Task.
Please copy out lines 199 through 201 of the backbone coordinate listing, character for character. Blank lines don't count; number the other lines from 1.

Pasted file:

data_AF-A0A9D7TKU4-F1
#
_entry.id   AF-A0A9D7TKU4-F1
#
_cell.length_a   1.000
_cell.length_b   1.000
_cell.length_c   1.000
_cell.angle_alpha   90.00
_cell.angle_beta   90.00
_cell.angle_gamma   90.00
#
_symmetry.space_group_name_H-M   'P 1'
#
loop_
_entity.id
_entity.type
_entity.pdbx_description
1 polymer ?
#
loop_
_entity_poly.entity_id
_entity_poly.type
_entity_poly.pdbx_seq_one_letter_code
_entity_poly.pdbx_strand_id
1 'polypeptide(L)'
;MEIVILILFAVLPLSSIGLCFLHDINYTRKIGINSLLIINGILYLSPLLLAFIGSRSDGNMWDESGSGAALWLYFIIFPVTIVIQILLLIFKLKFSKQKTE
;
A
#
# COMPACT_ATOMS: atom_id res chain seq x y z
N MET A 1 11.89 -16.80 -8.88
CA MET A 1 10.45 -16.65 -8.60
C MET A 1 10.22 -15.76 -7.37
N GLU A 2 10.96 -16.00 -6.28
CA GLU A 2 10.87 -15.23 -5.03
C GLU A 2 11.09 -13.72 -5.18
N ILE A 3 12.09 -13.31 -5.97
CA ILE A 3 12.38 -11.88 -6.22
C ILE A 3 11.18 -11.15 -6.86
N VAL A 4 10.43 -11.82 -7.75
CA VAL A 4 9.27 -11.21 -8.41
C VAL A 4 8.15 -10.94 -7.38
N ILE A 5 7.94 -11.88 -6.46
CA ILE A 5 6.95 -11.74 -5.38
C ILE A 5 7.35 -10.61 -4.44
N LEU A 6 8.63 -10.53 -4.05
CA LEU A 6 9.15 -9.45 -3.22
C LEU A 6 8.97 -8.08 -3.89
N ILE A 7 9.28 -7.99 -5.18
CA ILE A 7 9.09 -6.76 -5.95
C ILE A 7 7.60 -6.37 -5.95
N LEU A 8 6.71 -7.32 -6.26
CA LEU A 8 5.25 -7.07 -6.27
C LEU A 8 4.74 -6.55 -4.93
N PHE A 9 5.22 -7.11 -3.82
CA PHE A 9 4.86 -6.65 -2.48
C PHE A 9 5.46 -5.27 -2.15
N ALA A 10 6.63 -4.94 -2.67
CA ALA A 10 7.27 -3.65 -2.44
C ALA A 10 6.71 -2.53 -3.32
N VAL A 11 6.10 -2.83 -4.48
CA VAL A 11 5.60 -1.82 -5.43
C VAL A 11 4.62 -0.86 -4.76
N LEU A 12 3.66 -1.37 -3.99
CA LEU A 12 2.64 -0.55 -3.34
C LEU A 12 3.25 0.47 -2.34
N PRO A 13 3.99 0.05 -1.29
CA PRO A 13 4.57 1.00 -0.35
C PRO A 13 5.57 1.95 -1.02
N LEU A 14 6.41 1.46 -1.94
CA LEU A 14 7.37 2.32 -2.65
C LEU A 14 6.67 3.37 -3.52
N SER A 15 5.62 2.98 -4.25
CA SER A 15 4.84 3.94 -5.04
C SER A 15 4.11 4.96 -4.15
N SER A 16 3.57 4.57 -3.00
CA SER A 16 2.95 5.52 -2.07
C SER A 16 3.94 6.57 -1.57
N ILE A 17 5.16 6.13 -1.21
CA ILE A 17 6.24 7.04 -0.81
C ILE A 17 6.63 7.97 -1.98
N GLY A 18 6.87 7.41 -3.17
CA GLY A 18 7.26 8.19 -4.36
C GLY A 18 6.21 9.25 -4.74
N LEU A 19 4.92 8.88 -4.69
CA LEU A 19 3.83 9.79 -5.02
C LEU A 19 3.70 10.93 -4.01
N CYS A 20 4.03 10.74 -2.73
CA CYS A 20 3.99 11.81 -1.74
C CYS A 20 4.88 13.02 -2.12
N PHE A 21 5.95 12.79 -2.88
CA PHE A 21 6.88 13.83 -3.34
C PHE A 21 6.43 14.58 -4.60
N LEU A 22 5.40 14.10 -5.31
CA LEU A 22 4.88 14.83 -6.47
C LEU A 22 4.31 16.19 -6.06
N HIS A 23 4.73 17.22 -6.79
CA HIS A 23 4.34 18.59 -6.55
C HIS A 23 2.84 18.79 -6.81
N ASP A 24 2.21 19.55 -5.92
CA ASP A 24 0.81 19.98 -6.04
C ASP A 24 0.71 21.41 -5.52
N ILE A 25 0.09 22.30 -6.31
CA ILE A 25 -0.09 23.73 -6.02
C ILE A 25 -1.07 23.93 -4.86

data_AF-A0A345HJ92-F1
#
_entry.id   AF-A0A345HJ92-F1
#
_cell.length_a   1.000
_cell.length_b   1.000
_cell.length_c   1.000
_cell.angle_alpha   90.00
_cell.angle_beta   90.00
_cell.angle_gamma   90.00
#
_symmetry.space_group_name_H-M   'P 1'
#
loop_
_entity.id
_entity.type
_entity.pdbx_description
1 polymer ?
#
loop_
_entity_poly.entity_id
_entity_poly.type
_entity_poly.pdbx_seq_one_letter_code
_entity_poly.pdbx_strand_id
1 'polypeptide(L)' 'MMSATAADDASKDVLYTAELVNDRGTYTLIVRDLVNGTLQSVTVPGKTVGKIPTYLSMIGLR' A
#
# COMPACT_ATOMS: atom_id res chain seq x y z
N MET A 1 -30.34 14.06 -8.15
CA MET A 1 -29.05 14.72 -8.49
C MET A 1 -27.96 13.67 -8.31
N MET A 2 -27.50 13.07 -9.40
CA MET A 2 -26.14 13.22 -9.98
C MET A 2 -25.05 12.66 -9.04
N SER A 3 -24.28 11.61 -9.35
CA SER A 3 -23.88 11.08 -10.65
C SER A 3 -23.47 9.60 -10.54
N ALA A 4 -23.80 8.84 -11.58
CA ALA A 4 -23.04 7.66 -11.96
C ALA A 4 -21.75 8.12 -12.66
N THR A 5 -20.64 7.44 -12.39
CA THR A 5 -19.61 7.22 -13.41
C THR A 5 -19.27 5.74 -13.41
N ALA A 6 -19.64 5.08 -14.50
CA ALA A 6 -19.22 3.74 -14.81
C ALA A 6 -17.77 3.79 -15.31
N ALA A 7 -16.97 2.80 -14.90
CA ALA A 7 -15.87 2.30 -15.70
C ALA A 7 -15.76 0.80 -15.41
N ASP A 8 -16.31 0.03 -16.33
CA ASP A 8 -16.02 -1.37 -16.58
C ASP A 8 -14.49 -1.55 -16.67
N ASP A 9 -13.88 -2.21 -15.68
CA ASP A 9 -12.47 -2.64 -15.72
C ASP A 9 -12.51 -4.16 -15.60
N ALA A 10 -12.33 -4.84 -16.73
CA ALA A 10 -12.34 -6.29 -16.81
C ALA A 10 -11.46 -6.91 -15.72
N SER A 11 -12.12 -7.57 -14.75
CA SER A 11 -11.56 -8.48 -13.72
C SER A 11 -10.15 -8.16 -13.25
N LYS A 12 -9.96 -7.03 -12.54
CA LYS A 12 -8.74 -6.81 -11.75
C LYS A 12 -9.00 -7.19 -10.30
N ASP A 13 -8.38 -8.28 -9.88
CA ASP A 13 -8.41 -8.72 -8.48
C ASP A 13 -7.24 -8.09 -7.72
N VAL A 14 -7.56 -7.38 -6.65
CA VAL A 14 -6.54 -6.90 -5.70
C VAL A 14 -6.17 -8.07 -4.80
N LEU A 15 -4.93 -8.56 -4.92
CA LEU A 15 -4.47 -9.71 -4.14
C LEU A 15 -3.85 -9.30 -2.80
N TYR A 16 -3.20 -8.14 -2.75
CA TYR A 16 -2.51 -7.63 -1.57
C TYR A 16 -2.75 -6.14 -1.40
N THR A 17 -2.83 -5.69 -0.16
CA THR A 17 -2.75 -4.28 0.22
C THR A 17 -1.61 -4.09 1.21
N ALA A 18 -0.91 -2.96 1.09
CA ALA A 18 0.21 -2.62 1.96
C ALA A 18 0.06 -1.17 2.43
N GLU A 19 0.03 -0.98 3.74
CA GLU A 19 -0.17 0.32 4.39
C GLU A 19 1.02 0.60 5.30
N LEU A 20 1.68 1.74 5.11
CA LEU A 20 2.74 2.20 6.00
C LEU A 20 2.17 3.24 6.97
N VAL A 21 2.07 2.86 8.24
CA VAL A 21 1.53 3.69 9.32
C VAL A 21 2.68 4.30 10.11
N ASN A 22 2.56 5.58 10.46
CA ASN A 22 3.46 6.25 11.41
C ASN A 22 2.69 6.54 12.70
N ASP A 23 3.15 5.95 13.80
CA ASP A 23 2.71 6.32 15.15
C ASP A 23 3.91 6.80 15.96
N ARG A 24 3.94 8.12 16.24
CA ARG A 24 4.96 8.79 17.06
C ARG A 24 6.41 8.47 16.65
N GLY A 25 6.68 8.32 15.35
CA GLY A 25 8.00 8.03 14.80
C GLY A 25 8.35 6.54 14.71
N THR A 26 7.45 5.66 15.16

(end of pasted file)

N ASP A 23 3.15 5.95 13.80
CA ASP A 23 2.71 6.32 15.15
C ASP A 23 3.91 6.80 15.96